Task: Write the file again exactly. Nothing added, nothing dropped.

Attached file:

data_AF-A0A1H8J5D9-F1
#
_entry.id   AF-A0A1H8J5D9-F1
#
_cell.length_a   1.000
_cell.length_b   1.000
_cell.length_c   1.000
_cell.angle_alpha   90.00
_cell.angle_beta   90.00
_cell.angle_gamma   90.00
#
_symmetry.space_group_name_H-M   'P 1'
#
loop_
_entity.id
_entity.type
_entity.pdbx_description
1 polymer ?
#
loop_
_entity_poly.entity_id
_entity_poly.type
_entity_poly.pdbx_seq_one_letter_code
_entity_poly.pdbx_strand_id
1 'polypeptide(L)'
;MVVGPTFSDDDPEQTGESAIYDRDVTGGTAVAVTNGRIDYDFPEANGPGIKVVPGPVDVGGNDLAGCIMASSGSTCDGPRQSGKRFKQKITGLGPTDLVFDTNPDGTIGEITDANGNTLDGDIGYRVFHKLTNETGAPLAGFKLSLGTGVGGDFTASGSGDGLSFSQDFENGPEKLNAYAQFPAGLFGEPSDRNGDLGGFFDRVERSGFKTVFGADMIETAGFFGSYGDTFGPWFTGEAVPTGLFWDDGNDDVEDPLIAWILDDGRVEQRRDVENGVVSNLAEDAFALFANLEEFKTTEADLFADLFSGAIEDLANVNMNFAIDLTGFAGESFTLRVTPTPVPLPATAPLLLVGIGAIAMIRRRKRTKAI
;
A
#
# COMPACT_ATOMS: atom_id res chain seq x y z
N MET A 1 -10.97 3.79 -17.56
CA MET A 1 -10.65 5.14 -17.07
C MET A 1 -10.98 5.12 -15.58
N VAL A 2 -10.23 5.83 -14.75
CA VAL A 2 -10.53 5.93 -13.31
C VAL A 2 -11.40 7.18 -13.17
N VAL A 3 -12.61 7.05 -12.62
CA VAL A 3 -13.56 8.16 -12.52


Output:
data_AF-A0A1H8J5D9-F1
#
_entry.id   AF-A0A1H8J5D9-F1
#
_cell.length_a   1.000
_cell.length_b   1.000
_cell.length_c   1.000
_cell.angle_alpha   90.00
_cell.angle_beta   90.00
_cell.angle_gamma   90.00
#
_symmetry.space_group_name_H-M   'P 1'
#
loop_
_entity.id
_entity.type
_entity.pdbx_description
1 polymer ?
#
loop_
_entity_poly.entity_id
_entity_poly.type
_entity_poly.pdbx_seq_one_letter_code
_entity_poly.pdbx_strand_id
1 'polypeptide(L)'
;MVVGPTFSDDDPEQTGESAIYDRDVTGGTAVAVTNGRIDYDFPEANGPGIKVVPGPVDVGGNDLAGCIMASSGSTCDGPRQSGKRFKQKITGLGPTDLVFDTNPDGTIGEITDANGNTLDGDIGYRVFHKLTNETGAPLAGFKLSLGTGVGGDFTASGSGDGLSFSQDFENGPEKLNAYAQFPAGLFGEPSDRNGDLGGFFDRVERSGFKTVFGADMIETAGFFGSYGDTFGPWFTGEAVPTGLFWDDGNDDVEDPLIAWILDDGRVEQRRDVENGVVSNLAEDAFALFANLEEFKTTEADLFADLFSGAIEDLANVNMNFAIDLTGFAGESFTLRVTPTPVPLPATAPLLLVGIGAIAMIRRRKRTKAI
;
A
#
# COMPACT_ATOMS: atom_id res chain seq x y z
N MET A 1 -10.97 3.79 -17.56
CA MET A 1 -10.65 5.14 -17.07
C MET A 1 -10.98 5.12 -15.58
N VAL A 2 -10.23 5.83 -14.75
CA VAL A 2 -10.53 5.93 -13.31
C VAL A 2 -11.40 7.18 -13.17
N VAL A 3 -12.61 7.05 -12.62
CA VAL A 3 -13.56 8.16 -12.52